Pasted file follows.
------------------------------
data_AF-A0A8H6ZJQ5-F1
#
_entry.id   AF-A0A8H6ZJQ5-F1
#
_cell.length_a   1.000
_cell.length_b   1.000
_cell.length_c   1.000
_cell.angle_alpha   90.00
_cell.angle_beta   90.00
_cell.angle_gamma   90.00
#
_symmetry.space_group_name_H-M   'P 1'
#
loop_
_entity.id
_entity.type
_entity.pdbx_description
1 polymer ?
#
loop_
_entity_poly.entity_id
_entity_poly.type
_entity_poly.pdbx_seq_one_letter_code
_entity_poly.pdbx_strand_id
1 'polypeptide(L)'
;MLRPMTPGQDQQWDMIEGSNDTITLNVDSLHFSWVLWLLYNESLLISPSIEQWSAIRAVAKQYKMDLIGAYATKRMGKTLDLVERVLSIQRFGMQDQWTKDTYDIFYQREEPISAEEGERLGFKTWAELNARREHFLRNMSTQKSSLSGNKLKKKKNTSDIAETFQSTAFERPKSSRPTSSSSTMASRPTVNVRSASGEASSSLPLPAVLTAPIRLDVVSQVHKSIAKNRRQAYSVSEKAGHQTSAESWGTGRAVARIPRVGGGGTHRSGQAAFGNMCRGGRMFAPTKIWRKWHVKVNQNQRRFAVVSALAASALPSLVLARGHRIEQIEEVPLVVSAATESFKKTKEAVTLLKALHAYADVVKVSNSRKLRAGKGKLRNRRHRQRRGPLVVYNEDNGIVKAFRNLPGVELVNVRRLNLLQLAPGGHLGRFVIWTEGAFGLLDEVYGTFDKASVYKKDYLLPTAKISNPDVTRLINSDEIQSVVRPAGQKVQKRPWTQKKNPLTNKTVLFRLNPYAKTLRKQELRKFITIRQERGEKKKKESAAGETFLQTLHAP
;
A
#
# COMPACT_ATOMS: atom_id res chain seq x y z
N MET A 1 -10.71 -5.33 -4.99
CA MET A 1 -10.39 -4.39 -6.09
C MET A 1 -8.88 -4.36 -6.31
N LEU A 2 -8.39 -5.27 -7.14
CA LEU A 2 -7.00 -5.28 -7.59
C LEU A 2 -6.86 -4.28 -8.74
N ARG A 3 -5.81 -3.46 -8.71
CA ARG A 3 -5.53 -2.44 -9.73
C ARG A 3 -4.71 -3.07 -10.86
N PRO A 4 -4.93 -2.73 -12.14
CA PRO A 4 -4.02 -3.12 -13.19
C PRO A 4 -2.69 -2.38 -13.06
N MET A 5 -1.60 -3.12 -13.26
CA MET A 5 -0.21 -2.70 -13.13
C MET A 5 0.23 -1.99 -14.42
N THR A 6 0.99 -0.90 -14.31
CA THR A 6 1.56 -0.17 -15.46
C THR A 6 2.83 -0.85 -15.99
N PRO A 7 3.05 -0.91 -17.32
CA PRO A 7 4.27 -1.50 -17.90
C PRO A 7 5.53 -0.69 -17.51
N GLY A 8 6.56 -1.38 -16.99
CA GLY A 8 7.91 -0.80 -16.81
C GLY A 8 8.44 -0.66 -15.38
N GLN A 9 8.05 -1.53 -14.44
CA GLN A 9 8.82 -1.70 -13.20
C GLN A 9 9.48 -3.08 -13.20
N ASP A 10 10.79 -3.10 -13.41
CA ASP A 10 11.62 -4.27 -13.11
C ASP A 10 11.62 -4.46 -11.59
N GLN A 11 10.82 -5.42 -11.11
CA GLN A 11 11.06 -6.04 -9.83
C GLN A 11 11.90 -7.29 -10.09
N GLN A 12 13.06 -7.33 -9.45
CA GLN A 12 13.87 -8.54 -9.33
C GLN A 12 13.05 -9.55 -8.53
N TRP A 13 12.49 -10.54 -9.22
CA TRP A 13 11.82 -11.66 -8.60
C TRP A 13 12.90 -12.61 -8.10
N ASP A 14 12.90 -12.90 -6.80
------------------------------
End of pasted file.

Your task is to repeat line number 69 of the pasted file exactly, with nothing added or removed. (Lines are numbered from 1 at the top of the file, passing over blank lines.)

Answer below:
C TRP A 13 12.90 -12.61 -8.10